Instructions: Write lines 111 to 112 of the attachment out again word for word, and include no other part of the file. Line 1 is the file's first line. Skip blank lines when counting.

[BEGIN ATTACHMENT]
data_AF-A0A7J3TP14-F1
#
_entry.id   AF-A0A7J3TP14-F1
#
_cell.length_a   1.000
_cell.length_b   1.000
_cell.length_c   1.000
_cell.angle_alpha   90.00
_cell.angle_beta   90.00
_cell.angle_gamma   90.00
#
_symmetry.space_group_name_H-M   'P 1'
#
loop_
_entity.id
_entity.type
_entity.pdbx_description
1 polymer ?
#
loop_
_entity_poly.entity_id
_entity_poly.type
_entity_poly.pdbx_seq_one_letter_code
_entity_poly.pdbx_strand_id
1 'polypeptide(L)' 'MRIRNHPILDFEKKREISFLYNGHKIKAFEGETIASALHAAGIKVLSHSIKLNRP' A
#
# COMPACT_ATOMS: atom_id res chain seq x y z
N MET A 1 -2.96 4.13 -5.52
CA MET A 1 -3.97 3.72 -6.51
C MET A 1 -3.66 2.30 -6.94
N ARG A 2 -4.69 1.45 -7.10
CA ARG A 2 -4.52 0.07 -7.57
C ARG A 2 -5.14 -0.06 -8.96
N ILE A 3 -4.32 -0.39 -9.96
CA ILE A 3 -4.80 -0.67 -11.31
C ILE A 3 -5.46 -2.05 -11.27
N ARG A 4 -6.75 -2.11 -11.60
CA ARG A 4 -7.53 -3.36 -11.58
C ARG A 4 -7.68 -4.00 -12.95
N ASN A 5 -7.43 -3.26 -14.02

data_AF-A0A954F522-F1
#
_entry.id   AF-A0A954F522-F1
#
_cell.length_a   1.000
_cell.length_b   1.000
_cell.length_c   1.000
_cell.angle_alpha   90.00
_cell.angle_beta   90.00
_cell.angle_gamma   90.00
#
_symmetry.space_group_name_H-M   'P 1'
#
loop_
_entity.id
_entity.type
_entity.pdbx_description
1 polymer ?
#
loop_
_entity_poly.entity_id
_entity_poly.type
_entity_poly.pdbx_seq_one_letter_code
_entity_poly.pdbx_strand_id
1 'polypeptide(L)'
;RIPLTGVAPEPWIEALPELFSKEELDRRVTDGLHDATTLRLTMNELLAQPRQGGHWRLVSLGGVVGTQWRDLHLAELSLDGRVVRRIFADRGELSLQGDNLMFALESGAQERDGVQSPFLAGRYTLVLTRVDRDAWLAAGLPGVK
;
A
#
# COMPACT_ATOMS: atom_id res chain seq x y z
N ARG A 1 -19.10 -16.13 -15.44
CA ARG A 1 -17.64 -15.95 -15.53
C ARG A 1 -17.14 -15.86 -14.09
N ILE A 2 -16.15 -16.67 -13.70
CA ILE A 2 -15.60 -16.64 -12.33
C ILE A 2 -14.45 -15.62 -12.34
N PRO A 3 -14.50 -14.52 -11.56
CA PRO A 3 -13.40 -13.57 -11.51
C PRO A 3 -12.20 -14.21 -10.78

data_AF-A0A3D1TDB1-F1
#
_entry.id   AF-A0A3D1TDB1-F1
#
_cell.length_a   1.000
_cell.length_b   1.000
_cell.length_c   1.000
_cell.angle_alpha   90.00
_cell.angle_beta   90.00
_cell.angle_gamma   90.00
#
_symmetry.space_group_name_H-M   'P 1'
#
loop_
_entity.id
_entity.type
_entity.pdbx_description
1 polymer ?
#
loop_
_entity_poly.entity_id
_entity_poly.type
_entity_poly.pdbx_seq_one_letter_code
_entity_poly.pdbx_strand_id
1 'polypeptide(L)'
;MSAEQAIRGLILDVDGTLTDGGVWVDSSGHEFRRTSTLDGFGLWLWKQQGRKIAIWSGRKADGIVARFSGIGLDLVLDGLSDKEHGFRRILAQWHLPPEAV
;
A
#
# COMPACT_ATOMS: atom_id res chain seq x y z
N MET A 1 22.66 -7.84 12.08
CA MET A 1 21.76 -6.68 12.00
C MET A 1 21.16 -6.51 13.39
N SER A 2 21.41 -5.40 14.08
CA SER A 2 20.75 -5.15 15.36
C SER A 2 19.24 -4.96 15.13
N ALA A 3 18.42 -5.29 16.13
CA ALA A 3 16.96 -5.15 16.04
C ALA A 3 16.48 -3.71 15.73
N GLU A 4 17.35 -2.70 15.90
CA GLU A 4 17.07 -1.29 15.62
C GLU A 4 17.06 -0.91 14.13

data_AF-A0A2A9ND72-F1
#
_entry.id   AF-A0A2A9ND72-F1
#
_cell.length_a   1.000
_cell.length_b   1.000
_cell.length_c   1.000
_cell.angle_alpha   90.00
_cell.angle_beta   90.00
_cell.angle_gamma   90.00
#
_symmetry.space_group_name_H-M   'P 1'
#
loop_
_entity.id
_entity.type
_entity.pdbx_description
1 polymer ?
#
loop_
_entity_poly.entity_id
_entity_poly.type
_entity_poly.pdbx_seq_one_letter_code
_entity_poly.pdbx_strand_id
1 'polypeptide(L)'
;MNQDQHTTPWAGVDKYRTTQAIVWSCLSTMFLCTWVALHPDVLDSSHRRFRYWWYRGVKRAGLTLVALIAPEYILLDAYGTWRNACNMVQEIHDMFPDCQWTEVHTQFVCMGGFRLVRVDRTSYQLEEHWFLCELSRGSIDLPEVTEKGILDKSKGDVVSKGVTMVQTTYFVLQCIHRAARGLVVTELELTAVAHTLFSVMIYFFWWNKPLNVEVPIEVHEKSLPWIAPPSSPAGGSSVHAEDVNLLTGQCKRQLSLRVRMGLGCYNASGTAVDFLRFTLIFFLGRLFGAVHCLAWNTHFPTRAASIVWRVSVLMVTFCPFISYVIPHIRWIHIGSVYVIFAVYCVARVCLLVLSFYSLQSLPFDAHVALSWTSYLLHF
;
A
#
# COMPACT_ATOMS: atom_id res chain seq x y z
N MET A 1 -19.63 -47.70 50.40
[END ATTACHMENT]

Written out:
CA MET A 1 21.76 -6.68 12.00
C MET A 1 21.16 -6.51 13.39